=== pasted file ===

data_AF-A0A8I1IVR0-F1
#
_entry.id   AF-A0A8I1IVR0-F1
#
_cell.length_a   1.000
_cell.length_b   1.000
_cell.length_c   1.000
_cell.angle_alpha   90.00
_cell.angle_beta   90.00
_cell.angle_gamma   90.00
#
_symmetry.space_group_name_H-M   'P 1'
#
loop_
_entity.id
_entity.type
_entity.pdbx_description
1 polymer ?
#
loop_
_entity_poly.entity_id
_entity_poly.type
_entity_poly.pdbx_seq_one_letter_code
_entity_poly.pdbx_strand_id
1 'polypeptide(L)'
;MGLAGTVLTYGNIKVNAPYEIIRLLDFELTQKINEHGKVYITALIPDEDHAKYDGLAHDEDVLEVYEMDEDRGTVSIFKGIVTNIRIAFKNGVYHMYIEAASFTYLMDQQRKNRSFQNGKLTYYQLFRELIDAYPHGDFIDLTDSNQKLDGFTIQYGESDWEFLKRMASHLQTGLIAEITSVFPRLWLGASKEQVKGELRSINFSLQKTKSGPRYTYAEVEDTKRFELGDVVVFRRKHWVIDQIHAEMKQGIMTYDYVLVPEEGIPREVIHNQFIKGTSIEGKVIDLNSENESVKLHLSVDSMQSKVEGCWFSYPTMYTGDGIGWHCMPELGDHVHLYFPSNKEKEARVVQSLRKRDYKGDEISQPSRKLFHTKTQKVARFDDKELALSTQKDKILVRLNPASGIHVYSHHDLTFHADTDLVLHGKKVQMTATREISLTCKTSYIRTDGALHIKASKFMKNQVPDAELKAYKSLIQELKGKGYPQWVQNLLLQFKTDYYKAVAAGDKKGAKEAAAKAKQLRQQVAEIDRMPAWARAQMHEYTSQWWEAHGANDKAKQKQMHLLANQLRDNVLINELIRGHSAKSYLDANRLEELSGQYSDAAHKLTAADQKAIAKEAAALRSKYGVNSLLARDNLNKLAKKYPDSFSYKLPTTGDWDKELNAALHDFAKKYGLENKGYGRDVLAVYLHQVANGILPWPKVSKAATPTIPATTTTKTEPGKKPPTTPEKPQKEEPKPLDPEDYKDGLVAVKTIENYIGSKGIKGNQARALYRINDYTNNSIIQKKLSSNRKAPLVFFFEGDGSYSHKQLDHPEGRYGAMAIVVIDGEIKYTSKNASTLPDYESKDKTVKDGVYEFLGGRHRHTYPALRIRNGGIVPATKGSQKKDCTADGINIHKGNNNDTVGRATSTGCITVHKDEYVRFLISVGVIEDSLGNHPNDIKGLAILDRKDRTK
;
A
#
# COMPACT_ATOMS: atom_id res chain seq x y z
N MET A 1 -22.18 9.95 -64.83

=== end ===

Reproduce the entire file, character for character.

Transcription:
data_AF-A0A8I1IVR0-F1
#
_entry.id   AF-A0A8I1IVR0-F1
#
_cell.length_a   1.000
_cell.length_b   1.000
_cell.length_c   1.000
_cell.angle_alpha   90.00
_cell.angle_beta   90.00
_cell.angle_gamma   90.00
#
_symmetry.space_group_name_H-M   'P 1'
#
loop_
_entity.id
_entity.type
_entity.pdbx_description
1 polymer ?
#
loop_
_entity_poly.entity_id
_entity_poly.type
_entity_poly.pdbx_seq_one_letter_code
_entity_poly.pdbx_strand_id
1 'polypeptide(L)'
;MGLAGTVLTYGNIKVNAPYEIIRLLDFELTQKINEHGKVYITALIPDEDHAKYDGLAHDEDVLEVYEMDEDRGTVSIFKGIVTNIRIAFKNGVYHMYIEAASFTYLMDQQRKNRSFQNGKLTYYQLFRELIDAYPHGDFIDLTDSNQKLDGFTIQYGESDWEFLKRMASHLQTGLIAEITSVFPRLWLGASKEQVKGELRSINFSLQKTKSGPRYTYAEVEDTKRFELGDVVVFRRKHWVIDQIHAEMKQGIMTYDYVLVPEEGIPREVIHNQFIKGTSIEGKVIDLNSENESVKLHLSVDSMQSKVEGCWFSYPTMYTGDGIGWHCMPELGDHVHLYFPSNKEKEARVVQSLRKRDYKGDEISQPSRKLFHTKTQKVARFDDKELALSTQKDKILVRLNPASGIHVYSHHDLTFHADTDLVLHGKKVQMTATREISLTCKTSYIRTDGALHIKASKFMKNQVPDAELKAYKSLIQELKGKGYPQWVQNLLLQFKTDYYKAVAAGDKKGAKEAAAKAKQLRQQVAEIDRMPAWARAQMHEYTSQWWEAHGANDKAKQKQMHLLANQLRDNVLINELIRGHSAKSYLDANRLEELSGQYSDAAHKLTAADQKAIAKEAAALRSKYGVNSLLARDNLNKLAKKYPDSFSYKLPTTGDWDKELNAALHDFAKKYGLENKGYGRDVLAVYLHQVANGILPWPKVSKAATPTIPATTTTKTEPGKKPPTTPEKPQKEEPKPLDPEDYKDGLVAVKTIENYIGSKGIKGNQARALYRINDYTNNSIIQKKLSSNRKAPLVFFFEGDGSYSHKQLDHPEGRYGAMAIVVIDGEIKYTSKNASTLPDYESKDKTVKDGVYEFLGGRHRHTYPALRIRNGGIVPATKGSQKKDCTADGINIHKGNNNDTVGRATSTGCITVHKDEYVRFLISVGVIEDSLGNHPNDIKGLAILDRKDRTK
;
A
#
# COMPACT_ATOMS: atom_id res chain seq x y z
N MET A 1 -22.18 9.95 -64.83